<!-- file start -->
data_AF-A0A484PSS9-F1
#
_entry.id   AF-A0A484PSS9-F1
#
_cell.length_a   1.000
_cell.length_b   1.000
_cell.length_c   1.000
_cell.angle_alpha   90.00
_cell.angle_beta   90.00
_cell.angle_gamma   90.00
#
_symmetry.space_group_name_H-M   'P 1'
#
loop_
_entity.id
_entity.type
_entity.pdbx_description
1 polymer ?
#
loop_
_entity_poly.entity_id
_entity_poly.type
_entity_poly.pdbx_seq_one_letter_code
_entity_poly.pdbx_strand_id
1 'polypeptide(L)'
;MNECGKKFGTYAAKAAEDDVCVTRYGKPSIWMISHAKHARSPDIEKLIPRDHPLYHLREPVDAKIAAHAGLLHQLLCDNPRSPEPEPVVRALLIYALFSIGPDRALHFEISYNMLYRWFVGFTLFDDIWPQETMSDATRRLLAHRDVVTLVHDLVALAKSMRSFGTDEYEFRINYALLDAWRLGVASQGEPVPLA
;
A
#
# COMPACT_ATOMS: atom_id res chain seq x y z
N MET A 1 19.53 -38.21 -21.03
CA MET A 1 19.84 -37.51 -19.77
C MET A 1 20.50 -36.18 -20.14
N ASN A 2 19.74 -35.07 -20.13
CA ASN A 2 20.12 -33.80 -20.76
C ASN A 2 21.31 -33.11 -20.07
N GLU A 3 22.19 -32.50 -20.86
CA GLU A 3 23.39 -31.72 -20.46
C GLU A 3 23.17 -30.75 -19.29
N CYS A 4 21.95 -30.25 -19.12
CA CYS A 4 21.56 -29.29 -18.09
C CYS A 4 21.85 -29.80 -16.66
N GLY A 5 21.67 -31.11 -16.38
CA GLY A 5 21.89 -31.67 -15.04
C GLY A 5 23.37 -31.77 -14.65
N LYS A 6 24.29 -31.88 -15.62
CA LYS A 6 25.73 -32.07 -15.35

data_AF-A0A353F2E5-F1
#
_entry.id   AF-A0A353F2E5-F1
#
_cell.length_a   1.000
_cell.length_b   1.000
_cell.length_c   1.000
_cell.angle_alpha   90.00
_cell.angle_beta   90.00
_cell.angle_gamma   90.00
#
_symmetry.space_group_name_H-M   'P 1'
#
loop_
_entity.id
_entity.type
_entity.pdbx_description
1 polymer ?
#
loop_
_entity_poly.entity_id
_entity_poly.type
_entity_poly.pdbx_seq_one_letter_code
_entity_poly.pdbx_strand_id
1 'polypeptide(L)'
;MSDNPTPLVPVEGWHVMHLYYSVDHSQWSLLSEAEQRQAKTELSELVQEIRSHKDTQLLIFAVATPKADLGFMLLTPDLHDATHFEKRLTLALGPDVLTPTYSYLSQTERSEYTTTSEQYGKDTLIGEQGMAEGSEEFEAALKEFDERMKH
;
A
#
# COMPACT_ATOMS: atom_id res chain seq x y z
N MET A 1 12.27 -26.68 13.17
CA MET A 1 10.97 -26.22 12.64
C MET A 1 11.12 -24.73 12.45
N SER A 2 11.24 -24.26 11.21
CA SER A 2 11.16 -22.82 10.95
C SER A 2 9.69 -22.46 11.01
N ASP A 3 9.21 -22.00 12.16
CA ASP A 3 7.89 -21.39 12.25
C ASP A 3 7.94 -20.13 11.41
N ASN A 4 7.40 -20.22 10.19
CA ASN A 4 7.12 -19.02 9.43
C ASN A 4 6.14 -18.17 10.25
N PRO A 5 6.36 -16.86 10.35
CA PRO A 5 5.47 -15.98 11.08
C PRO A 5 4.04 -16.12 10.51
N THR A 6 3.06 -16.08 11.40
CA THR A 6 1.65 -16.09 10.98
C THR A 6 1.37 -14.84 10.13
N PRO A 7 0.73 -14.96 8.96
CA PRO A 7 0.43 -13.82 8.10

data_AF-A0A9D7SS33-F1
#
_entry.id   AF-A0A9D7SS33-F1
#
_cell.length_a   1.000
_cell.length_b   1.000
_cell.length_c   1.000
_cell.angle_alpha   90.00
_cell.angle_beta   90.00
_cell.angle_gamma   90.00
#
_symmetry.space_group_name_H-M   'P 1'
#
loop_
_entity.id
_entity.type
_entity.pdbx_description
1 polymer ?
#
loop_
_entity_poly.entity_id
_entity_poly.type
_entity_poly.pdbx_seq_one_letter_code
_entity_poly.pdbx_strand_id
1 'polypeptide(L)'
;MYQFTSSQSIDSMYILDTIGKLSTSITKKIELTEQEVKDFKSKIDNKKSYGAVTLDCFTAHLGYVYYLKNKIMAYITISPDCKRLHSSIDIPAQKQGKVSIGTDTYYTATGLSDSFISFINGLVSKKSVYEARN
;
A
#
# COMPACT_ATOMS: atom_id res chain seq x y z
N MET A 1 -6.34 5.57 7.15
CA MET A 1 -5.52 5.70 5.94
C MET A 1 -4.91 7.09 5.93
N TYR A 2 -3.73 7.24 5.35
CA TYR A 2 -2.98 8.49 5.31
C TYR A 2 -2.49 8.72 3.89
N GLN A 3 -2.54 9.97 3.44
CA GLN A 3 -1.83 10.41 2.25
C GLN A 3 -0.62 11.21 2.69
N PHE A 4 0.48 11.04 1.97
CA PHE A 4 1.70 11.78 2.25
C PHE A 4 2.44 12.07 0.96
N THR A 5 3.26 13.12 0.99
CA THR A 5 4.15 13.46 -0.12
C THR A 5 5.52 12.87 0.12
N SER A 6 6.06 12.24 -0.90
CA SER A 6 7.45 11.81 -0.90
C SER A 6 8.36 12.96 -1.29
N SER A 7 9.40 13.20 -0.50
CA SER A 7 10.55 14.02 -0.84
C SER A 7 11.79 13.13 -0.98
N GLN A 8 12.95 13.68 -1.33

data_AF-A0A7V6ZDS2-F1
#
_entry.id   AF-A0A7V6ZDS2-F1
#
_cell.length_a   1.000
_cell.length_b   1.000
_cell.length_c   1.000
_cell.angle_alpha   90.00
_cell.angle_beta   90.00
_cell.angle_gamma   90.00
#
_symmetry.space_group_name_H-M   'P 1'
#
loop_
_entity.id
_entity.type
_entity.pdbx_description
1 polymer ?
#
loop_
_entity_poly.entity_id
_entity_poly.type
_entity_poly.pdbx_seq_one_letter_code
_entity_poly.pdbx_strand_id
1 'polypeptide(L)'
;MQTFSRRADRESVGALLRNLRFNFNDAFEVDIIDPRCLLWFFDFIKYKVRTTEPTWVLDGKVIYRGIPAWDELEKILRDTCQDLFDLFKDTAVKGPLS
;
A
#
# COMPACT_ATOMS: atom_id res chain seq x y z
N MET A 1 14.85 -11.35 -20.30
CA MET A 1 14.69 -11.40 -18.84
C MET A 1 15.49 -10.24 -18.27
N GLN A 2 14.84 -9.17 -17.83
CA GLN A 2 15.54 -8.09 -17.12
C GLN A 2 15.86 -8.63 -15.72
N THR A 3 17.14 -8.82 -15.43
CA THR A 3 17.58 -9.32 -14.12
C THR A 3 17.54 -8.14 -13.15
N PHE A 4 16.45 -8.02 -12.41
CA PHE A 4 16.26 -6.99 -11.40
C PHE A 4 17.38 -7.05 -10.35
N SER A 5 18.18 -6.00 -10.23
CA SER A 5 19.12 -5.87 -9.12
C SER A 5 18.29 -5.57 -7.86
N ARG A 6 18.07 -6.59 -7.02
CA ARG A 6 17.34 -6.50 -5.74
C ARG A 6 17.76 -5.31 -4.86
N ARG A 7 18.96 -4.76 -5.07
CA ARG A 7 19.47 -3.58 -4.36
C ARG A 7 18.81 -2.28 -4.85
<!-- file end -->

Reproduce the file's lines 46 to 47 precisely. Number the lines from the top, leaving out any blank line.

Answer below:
N LYS A 6 24.29 -31.88 -15.62
CA LYS A 6 25.73 -32.07 -15.35